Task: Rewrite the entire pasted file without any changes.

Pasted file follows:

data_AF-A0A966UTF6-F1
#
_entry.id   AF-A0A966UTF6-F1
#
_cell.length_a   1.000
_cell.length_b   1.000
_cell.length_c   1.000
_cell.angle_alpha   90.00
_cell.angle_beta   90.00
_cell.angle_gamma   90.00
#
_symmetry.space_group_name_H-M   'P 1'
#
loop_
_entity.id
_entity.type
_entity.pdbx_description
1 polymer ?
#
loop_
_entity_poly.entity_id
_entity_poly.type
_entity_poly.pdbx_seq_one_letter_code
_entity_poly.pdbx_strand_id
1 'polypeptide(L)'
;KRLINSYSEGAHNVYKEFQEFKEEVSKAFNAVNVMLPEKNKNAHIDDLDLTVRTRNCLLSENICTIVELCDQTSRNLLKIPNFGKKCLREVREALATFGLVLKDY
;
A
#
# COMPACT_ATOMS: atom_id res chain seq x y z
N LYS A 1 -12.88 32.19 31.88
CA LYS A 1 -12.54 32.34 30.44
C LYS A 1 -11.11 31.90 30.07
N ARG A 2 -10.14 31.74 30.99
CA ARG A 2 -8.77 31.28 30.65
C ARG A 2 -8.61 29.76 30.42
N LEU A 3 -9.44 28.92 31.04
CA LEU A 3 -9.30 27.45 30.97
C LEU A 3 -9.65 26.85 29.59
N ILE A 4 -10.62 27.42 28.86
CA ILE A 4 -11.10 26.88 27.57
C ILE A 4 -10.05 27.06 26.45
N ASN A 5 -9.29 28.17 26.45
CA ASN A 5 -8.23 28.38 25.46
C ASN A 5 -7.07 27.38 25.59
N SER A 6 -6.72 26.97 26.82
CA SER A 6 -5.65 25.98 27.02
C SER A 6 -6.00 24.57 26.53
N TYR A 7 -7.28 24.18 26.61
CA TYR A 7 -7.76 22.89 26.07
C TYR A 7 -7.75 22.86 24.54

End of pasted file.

data_AF-A0A966UTF6-F1
#
_entry.id   AF-A0A966UTF6-F1
#
_cell.length_a   1.000
_cell.length_b   1.000
_cell.length_c   1.000
_cell.angle_alpha   90.00
_cell.angle_beta   90.00
_cell.angle_gamma   90.00
#
_symmetry.space_group_name_H-M   'P 1'
#
loop_
_entity.id
_entity.type
_entity.pdbx_description
1 polymer ?
#
loop_
_entity_poly.entity_id
_entity_poly.type
_entity_poly.pdbx_seq_one_letter_code
_entity_poly.pdbx_strand_id
1 'polypeptide(L)'
;KRLINSYSEGAHNVYKEFQEFKEEVSKAFNAVNVMLPEKNKNAHIDDLDLTVRTRNCLLSENICTIVELCDQTSRNLLKIPNFGKKCLREVREALATFGLVLKDY
;
A
#
# COMPACT_ATOMS: atom_id res chain seq x y z
N LYS A 1 -12.88 32.19 31.88
CA LYS A 1 -12.54 32.34 30.44
C LYS A 1 -11.11 31.90 30.07
N ARG A 2 -10.14 31.74 30.99
CA ARG A 2 -8.77 31.28 30.65
C ARG A 2 -8.61 29.76 30.42
N LEU A 3 -9.44 28.92 31.04
CA LEU A 3 -9.30 27.45 30.97
C LEU A 3 -9.65 26.85 29.59
N ILE A 4 -10.62 27.42 28.86
CA ILE A 4 -11.10 26.88 27.57
C ILE A 4 -10.05 27.06 26.45
N ASN A 5 -9.29 28.17 26.45
CA ASN A 5 -8.23 28.38 25.46
C ASN A 5 -7.07 27.38 25.59
N SER A 6 -6.72 26.97 26.82
CA SER A 6 -5.65 25.98 27.02
C SER A 6 -6.00 24.57 26.53
N TYR A 7 -7.28 24.18 26.61
CA TYR A 7 -7.76 22.89 26.07
C TYR A 7 -7.75 22.86 24.54